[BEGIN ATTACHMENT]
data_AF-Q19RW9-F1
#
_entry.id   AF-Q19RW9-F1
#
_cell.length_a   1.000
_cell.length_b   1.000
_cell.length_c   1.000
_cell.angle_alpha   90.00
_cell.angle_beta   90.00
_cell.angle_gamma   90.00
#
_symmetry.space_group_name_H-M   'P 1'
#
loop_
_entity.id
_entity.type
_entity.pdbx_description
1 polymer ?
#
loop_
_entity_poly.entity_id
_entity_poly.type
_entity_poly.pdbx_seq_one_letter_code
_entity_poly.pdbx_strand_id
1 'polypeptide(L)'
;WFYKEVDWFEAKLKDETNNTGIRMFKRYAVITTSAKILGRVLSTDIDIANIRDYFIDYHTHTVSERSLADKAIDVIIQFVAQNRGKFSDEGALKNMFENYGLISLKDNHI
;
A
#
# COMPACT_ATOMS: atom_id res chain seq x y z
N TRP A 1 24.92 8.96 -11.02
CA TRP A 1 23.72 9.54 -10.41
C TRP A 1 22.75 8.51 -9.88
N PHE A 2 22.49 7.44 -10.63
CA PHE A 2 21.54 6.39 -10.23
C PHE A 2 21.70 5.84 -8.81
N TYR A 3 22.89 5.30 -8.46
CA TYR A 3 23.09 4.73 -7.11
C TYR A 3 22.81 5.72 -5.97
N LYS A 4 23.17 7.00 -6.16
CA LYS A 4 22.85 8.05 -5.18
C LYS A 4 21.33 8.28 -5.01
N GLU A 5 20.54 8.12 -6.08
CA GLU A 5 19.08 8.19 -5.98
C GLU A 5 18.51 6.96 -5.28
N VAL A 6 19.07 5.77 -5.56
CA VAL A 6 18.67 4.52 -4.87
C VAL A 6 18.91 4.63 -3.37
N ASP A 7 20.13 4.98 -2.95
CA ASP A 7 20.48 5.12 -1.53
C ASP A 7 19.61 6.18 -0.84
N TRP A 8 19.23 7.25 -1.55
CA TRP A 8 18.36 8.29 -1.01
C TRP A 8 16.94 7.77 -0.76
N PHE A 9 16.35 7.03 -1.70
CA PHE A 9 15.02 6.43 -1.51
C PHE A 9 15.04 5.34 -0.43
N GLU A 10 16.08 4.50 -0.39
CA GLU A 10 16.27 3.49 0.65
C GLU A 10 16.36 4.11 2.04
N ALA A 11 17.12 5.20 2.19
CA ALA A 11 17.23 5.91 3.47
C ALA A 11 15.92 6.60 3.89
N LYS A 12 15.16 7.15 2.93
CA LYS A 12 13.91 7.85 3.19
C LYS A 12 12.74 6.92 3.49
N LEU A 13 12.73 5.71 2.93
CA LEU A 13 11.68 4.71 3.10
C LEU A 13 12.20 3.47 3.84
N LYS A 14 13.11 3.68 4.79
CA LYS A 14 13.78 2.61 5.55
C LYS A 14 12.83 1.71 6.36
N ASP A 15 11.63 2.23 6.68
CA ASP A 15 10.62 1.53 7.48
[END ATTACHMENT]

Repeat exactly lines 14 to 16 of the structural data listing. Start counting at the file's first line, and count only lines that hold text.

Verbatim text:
loop_
_entity.id
_entity.type